When Facebook changed its name to Meta, attention shifted quickly to the metaverse and how it will transform the internet. With brands like Meta spending $10 billion per year on metaverse development and Microsoft purchasing a leading gaming platform for $70 billion, it’s clear that technology giants see a big future in the metaverse. But what is the metaverse, and what do brands really need to know about this new realm of interaction?
When we talk about the metaverse, the concept is still just that – a concept. It’s not a specific game or website, but rather a set of technologies that together shift how we interact with technology. Emerging technologies and online behaviours like augmented reality (AR) and virtual reality (VR), cryptocurrency, Non-Fungible Tokens (NFT), gamification, social commerce and more are all transforming how we relate to the digital and physical worlds. Some people compare discussing the metaverse today with how the public discussed “cyberspace” before the internet. The term and its meaning will likely change several times over the coming decades.
Many consumer brands have already adopted AR and VR, gamification and other metaverse technologies to provide more engaging and personalised customer experiences. Charlotte Tilbury, for example, offers a virtual store where consumers can shop with friends and play games without leaving home. According to a survey, 70% of customers who have visited a virtual store have made a purchase, and nearly 75% of Gen Z consumers have purchased a digital product within a video game. The upcoming generation of shoppers is enthusiastic about new types of shopping experiences.
But the metaverse doesn’t only present opportunities for consumer brands. A few business-to-business (B2B) brands are already exploring how metaverse technologies can improve the buyer experience. The B2B sector has always involved a focus on community and interaction. Whether through virtual trade shows, product demonstrations or client meetings, metaverse technologies show potential for expanding these interactions.
Consider these examples of B2B brands using metaverse technologies to reach their target audiences with engaging experiences.
VERYX, a provider of food processing equipment, created a 360 interactive video experience to give customers a look inside its product. Hosted on YouTube, viewers can move around the video as it plays using their cursers and see the product demonstration from all angles, including inside the equipment. The technology enables customers and prospects to learn about the equipment at any time without needing to visit a facility. Additionally, the interactive element gives the viewer more control than a regular video that can’t be manipulated.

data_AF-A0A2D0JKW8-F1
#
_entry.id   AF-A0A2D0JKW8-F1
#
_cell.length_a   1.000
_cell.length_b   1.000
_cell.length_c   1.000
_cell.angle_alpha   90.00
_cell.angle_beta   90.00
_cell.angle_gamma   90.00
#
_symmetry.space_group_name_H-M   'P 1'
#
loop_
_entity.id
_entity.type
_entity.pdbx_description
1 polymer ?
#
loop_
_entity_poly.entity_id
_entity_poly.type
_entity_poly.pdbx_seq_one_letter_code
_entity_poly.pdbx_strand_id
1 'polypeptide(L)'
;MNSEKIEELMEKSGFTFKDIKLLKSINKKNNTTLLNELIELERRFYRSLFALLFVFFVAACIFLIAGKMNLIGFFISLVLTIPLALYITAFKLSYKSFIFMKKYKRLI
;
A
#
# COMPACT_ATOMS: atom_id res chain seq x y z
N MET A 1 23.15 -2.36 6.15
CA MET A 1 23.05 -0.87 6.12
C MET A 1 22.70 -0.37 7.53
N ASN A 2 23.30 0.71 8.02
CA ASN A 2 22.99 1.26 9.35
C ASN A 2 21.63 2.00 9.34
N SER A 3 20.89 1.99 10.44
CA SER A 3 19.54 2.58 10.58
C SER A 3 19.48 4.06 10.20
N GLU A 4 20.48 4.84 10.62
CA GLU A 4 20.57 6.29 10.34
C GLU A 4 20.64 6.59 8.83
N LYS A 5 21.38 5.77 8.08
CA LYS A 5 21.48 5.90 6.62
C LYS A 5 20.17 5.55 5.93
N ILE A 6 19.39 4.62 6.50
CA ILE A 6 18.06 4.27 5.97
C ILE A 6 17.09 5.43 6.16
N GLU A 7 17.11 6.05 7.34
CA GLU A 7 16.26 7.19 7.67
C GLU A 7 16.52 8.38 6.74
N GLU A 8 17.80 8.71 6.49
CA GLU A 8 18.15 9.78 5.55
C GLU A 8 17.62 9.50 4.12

GumGum embraced gaming technology to help its customers and prospects understand Google’s upcoming ban of third-party cookies and how they can adapt. The brand launched the “Cookie Crumbling Ski Mountain,” an interactive game where users ski down a mountain and click on hot spots that contain information on the changing third-party cookie landscape. The hot spots explain how GumGum’s technology can meet their needs. At the end of the hill, users can download a GumGum-themed recipe book and submit their information.
HP Inc. took gaming technology in another direction to enhance the employee experience. In its GEM Club online platform, HP sales representatives submit sales claims and complete product trainings to collect virtual GEMS that count toward monthly prizes. The platform also includes a leaderboard to drive competition.
After the pandemic hit, businesses had to quickly adapt a key B2B sales tool, the trade show, to a virtual environment. Trade shows across industries accelerated their digital strategies to create events that resembled in-person shows as closely as possible. ISSA Show North America, for example, shifted to a virtual experience featuring digital booths, live streaming events, networking opportunities and live chat functions.
Although virtual trade shows were created to address a critical need during the pandemic, hosting hybrid events has remained popular. Moving forward, trade shows can attract a larger audience without geographical boundaries with a combination of virtual and in-person activities.
We’re not hanging out in a virtual reality interface every day – yet. Until we do, there are several existing and emerging metaverse technologies that can enhance the B2B buyer experience and help brands reach across geographical boundaries to make sales. Like many new technologies, the first adapters will be the leaders in shaping the space and gain a leg up on the competition.
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Theresa Colston is a Senior Account Executive at Mulberry Marketing Communications, an award-winning full-service B2B communications agency based in Chicago, London and Australia. She enjoys developing creative marketing ideas and building connections to drive results for clients.